Pernicious Anaemia Society
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Worrying response from haematologist?

I keep browsing the CPD/CME comments section of the BMJ article and came up with this comment:

"I have never worked in an area with access to homocysteine or methymalonic acid assays - ? this is unusual, or not. If not unusual what is the relevance of their discussion in a BMJ clinical review ? better focusing on how to practice with the imperfections of the standard B12 test"

That comment is from a haematologist (inc transfusions)

Now, what do the NICE and BNF guidelines say again about referring patients to haematologists? Because the above comment indicates to me that they aren't quite getting it?

I'm just wondering how this particular clinician is going to 'practice' with the current imperfections - rather than simply get patients additional tests that may confirm a diagnosis.

Right. Had a coffee now I'm up for a rant.

The whole research paper revolves around the metabolic pathways and the reasons the serum b12 test is unreliable and gives alternatives to the test so they can pick up patients suffering neurological degeneration who are not getting treatment.

And this pleb comes along and says what is the point in mentioning the alternative tests?

Can we take it that he didn't score very highly in the test he elected to take?

So, he wants to 'practice' with the serum b12, does he?

Here's the alternative research paper.

DNA changes in the spinal cord fluid indicate the deficient levels of the serum b12 test should come into play at around 500ng.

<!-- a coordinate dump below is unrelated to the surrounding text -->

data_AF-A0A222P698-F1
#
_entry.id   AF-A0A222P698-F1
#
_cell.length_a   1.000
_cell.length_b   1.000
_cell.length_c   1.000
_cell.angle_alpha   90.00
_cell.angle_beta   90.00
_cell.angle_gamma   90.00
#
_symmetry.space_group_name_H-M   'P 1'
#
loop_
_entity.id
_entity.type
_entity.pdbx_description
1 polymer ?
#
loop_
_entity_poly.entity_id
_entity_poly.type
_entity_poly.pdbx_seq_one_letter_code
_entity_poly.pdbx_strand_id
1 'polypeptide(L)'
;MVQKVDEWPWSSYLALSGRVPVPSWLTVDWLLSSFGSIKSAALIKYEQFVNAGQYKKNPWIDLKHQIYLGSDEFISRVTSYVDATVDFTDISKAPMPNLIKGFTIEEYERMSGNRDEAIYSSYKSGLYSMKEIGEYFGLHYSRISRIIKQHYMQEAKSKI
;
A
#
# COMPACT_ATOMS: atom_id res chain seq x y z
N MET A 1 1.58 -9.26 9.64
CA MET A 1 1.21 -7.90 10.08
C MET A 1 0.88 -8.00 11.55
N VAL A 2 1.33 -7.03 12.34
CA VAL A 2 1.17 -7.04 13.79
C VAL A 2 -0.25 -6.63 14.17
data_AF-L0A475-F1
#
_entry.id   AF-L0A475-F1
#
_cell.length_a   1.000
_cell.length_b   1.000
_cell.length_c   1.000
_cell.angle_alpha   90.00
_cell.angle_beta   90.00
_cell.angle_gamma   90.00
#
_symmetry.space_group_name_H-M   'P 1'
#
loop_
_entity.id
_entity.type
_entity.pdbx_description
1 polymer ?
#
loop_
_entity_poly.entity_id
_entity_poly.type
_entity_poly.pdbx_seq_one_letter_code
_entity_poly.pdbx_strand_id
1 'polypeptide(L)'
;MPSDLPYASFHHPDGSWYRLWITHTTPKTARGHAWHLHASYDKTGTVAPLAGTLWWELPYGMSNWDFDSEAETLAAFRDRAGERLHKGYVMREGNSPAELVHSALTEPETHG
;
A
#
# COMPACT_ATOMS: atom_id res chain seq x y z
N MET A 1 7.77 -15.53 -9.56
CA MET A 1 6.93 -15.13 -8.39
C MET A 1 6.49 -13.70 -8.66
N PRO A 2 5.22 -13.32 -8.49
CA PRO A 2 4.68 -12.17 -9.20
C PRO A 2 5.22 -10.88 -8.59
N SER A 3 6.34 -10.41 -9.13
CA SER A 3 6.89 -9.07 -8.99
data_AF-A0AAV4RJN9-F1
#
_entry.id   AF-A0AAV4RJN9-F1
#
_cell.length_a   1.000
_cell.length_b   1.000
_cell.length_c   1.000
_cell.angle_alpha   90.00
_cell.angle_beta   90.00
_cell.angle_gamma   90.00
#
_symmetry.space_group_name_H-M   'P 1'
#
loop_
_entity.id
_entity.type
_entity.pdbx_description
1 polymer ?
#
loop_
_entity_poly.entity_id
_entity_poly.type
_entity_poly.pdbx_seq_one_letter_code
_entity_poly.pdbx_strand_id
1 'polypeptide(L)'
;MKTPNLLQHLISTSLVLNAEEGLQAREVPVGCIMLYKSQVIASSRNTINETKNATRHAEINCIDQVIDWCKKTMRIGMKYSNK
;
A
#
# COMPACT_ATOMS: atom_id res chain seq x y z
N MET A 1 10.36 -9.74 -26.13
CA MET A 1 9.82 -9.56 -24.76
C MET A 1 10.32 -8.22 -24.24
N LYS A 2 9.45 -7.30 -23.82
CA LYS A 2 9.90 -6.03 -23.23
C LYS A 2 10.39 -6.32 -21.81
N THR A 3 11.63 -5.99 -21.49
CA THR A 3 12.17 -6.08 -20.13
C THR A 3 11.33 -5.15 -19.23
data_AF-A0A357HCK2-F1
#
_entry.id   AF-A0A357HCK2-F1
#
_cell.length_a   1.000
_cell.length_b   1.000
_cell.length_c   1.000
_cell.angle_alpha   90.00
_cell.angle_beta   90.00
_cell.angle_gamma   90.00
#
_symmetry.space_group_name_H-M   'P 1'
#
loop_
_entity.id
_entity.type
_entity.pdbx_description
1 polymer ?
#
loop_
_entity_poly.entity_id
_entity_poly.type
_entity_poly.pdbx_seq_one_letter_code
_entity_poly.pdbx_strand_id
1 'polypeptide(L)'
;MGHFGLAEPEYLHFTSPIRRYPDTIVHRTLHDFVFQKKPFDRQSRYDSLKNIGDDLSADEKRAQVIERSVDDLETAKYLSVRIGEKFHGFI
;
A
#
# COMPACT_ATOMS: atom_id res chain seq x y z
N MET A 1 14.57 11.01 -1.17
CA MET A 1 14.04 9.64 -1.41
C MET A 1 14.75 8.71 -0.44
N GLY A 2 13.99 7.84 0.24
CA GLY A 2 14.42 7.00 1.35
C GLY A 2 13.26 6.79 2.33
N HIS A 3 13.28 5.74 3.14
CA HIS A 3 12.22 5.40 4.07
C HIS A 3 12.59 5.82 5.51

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I suspect the person wants an easy life (who doesn't?), when trying to diagnose/treat patients . But the fact remains that we're talking about people's health.


You can only see so many of the CPD/CME comments at once - when one comes on another gets shifted off - but the main issue that seems to have been brought to light is that doctors presumed this was an easily diagnosed condition and they have discovered it is anything but. The research doesn't really focus on treatment but several of them are picking up on the fact that it's not easily treatable either.

I just think this is coming as a heck of a shock to them - some are 'getting' it and some just can't grasp that they were getting it so wrong.

(Others still don't understand it)

But you are spot on - this is about people's lives. It's unfortunate that it's going to be more difficult for doctors in future with respect to getting a 100% diagnosis (which they thought they were getting before) but they would have been able to resolve it much quicker had they been reporting all these 'returning' and 'remaining' symptoms back to higher authorities rather than sending patients away to try and cope on their own.

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In other words he's saying "my way or the highway." Such obstinate and willful ignorance is appalling.

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Do you think it's an NHS attitude?

You can't help wondering that if people such as this were in private practice they would realise they wouldn't last long.


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